IIA Chairman Cites Four Challenges For Internal Auditors

The Institute of Internal Auditors Chairman LeRoy E. Bookal has outlined the key challenges confronting internal auditors after the recent round of accounting scandals and legislative reforms. The challenges focus on ways to create a working environment conducive to creating opportunities for internal auditors to add value.

For maximum value-added, Mr. Bookal urges internal auditors to concentrate on these areas:

  1. Working relationships. Internal auditors must do their part to establish and maintain good working relationships. There should be a comfort level that allows any of the four key parties (management, directors, external auditors and internal auditors) to pick up the phone at any time and seek advice, either as a group or in a private session.

  2. Awareness and problem-solving. In addition to ensuring that activities on the audit plan are performed each year, internal auditors must also participate actively in planning sessions and meetings. By cultivating a solid understanding of the business and its challenges internal auditors can go beyond just pointing out what is wrong and become part of the solution.

  3. Professionalism.
  4. Ways to convince management, the board, and the general public of the value that internal auditors can bring to governance processes include: complying with the Code of Ethics and Standards for the Professional Practice of Internal Auditing, obtaining The IIA's Certified Internal Auditor designation and using formal quality assurance review mechanisms.

  5. Progress through sharing. Every major audit failure or control breakdown brings with it an opportunity to learn from the experience of others. After an event like Enron, auditors in all organizations should analyze what happened and why it happened so that they can apply this knowledge to their own organizations.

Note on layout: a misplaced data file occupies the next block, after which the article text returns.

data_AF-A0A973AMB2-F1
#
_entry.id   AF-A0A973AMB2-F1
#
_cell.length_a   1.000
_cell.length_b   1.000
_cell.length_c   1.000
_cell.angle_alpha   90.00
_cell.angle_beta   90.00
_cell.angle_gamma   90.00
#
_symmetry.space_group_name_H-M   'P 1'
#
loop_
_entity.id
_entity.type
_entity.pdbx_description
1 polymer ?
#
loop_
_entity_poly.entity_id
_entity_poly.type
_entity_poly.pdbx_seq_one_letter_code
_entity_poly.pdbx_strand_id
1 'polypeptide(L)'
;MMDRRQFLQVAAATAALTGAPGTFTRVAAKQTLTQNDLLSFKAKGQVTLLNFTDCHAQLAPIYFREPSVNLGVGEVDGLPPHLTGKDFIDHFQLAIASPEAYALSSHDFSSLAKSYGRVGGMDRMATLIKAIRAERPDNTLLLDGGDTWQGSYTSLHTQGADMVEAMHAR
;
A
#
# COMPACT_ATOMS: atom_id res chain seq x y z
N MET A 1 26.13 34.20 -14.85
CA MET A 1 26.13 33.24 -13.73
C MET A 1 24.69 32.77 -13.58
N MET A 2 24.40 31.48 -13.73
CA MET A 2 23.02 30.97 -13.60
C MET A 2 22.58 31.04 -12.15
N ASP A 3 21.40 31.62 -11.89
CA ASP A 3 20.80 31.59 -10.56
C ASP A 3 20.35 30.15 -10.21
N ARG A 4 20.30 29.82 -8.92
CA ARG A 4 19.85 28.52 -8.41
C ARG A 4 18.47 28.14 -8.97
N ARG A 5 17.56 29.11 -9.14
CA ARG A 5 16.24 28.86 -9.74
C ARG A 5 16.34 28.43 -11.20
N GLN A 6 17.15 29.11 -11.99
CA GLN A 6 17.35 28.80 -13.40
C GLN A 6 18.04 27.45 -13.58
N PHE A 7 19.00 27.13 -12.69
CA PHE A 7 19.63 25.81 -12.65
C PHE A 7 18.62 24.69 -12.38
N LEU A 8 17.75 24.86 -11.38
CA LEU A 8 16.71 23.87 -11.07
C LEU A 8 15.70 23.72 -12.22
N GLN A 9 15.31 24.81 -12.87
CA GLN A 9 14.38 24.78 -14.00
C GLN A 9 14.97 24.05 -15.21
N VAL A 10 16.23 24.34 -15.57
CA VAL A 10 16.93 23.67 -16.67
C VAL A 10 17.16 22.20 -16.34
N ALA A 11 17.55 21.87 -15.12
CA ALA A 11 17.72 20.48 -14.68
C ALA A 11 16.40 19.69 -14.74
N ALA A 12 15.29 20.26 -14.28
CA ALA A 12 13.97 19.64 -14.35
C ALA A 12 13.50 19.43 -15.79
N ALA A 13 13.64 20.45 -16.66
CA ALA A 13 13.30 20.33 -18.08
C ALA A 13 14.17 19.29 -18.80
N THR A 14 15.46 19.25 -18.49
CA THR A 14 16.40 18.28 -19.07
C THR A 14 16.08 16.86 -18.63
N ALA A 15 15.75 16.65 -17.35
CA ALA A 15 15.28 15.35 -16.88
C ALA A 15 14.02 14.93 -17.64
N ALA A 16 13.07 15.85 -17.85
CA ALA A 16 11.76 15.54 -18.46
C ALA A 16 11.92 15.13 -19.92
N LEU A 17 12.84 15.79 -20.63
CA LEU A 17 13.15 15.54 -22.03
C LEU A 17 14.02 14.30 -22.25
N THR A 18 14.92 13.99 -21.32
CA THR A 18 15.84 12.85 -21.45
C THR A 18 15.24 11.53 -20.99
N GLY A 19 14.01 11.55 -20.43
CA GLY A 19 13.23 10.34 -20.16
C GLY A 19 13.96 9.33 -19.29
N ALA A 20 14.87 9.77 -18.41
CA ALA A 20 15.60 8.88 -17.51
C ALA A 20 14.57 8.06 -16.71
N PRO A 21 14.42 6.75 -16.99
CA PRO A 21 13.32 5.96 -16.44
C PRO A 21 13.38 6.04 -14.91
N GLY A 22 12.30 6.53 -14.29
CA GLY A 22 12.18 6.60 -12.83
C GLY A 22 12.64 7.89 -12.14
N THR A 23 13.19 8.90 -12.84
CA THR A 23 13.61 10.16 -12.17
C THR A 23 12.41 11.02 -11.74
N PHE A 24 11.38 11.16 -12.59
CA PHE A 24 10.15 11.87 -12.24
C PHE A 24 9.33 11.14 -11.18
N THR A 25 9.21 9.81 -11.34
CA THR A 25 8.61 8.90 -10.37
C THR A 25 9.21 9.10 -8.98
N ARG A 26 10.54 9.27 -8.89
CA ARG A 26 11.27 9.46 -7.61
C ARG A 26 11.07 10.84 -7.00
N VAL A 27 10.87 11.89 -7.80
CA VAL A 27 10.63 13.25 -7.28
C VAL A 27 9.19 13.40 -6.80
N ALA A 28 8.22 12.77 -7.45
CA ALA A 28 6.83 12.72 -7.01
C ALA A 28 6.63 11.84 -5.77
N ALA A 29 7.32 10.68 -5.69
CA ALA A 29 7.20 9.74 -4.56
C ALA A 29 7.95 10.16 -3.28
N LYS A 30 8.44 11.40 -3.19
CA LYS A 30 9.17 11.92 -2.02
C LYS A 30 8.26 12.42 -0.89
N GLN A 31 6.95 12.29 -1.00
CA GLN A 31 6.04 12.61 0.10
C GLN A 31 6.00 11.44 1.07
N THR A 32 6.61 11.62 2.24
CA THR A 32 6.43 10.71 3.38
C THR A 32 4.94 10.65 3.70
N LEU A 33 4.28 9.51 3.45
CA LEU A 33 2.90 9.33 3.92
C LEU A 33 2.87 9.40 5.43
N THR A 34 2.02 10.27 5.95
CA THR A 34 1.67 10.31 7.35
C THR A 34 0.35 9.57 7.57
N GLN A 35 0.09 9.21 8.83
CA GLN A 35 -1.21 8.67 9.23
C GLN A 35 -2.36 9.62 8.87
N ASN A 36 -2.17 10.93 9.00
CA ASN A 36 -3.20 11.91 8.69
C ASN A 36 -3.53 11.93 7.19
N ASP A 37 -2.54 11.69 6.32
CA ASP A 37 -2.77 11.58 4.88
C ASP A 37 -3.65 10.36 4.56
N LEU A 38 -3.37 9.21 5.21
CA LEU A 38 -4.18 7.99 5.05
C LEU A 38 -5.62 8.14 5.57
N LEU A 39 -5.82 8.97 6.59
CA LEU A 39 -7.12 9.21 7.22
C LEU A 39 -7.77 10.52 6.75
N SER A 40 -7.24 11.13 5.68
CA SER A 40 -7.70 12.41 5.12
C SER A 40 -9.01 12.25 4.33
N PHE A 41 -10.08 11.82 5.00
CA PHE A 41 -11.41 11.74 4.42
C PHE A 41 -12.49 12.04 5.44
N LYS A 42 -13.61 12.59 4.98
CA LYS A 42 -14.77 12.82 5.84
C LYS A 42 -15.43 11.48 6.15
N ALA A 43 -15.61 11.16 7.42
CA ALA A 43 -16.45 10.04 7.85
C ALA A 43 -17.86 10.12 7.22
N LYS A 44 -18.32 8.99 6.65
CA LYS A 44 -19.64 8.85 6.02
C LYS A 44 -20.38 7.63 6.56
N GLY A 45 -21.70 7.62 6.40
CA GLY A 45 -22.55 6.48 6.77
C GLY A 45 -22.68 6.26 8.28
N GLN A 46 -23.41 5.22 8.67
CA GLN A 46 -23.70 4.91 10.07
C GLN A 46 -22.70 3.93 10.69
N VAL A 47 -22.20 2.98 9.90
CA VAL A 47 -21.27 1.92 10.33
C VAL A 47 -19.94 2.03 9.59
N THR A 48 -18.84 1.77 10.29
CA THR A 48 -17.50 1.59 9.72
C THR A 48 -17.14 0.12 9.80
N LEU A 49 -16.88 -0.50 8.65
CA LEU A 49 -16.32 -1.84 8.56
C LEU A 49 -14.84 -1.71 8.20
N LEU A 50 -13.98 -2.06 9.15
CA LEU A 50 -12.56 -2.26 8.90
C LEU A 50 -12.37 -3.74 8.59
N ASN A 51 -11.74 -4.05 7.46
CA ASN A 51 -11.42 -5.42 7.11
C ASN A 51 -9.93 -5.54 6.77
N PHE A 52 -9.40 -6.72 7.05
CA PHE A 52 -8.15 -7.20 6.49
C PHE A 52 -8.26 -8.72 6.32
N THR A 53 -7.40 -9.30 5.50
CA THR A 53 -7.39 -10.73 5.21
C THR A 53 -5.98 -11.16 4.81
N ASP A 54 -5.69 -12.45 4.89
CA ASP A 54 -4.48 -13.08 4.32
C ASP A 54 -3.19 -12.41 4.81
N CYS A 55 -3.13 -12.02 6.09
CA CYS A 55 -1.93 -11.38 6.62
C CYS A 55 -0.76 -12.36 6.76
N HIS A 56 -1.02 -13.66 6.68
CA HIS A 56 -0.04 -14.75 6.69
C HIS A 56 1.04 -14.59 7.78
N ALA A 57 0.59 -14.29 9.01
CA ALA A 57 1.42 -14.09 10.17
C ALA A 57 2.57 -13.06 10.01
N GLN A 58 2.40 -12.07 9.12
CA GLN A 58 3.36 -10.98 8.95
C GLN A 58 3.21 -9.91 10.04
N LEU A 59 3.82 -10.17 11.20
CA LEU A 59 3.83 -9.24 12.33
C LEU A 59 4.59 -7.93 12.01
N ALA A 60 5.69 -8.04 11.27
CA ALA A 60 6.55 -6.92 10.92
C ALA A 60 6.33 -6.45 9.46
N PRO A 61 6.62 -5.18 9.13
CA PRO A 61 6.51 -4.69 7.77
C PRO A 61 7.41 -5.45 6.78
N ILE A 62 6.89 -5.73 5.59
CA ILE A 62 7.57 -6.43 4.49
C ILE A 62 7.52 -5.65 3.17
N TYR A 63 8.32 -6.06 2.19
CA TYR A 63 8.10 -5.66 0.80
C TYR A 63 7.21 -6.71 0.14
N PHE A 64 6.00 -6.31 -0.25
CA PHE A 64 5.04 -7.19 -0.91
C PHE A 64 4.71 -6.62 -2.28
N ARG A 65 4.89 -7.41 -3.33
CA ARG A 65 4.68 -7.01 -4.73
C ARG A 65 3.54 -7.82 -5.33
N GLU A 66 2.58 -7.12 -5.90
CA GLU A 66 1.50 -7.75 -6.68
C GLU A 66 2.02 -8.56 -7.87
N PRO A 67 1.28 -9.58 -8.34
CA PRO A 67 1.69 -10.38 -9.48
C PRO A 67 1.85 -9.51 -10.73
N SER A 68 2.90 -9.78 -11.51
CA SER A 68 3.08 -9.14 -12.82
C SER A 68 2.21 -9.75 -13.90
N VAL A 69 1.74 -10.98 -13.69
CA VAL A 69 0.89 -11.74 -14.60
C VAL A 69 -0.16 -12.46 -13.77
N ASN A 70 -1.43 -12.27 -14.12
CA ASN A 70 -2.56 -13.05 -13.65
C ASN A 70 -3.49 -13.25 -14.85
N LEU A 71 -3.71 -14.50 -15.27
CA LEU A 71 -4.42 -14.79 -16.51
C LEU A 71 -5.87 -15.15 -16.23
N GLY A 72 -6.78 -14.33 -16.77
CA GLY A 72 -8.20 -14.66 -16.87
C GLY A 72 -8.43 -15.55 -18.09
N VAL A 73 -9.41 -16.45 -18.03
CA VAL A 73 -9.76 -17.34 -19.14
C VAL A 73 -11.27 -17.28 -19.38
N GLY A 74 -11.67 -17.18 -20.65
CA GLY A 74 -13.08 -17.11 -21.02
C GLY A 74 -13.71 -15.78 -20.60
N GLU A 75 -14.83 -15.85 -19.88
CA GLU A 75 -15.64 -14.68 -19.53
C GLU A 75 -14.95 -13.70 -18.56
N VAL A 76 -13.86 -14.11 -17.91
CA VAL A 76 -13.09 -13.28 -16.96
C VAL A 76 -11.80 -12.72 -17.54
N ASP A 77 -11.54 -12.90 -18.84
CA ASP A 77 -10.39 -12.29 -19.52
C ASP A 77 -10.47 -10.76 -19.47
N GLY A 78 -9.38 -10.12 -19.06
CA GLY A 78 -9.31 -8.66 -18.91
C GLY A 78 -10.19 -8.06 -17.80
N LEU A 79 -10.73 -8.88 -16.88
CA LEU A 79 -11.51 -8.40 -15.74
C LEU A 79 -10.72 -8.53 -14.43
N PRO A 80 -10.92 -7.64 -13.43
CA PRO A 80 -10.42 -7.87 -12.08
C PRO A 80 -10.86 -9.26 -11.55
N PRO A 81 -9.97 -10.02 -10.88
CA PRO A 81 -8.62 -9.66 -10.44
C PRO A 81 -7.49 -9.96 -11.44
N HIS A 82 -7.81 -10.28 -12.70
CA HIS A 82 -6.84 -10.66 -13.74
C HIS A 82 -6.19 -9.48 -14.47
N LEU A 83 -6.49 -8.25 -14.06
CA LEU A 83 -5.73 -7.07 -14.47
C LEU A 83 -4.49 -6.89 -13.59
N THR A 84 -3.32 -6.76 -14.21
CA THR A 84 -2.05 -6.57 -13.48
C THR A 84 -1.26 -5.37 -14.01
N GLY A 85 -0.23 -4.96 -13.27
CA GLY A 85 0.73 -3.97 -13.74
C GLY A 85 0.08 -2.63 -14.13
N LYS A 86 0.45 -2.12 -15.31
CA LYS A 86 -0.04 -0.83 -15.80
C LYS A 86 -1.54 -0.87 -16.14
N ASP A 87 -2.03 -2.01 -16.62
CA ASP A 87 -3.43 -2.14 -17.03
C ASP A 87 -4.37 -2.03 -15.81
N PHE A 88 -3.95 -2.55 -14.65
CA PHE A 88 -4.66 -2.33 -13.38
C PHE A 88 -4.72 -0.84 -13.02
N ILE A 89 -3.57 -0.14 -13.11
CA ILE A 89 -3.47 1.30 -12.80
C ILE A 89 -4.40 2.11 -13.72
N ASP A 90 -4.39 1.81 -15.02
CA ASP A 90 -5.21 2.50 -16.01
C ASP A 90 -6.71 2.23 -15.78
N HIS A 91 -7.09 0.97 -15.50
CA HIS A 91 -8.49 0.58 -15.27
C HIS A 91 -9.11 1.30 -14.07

Mr. Bookal recognizes that the above may require internal auditors to "step out of their traditional comfort zone." But, he says, the results will be well worth it. By stepping up to these challenges, internal auditors can add value to their own organizations and employers and also help businesses and the public better understand the important roles that internal audits play in the process of corporate governance.

-Rosemary Schlank

You may like these other stories...

The Public Company Accounting Oversight Board (PCAOB) on Tuesday adopted a new auditing standard and amendments in three areas of the audit that could pose an increased risk of material misstatement in company financial...
Read more from Larry Perry here and in the Today’s World of Audits archive.In my last article, I presented an overview of one of the first steps in the preplanning phase of an audit engagement: reviewing prior year...
Read more from Larry Perry here and in the Today’s World of Audits archive.AU-C Section 800, Special Considerations—Audits of Financial Statements Prepared in Accordance with Special Purpose Frameworks (SPFs),...

Already a member? log in here.

Upcoming CPE Webinars

Sep 24
In this jam-packed presentation Excel expert David Ringstrom, CPA will give you a crash-course in creating spreadsheet-based dashboards. A dashboard condenses large amounts of data into a compact space, yet enables the end user to easily drill down into details when warranted.
Sep 30
This webcast will include discussions of important issues in SSARS No. 19 and the current status of proposed changes by the Accounting and Review Services Committee in these statements.
Oct 23
Amber Setter will show the value of leadership assessments as tools for individual and organizational leadership development initiatives.
Oct 30
Many Excel users have a love-hate relationship with workbook links. For the uninitiated, workbook links allow you to connect one Microsoft Excel spreadsheet to other spreadsheets, Word documents, databases, and even web pages.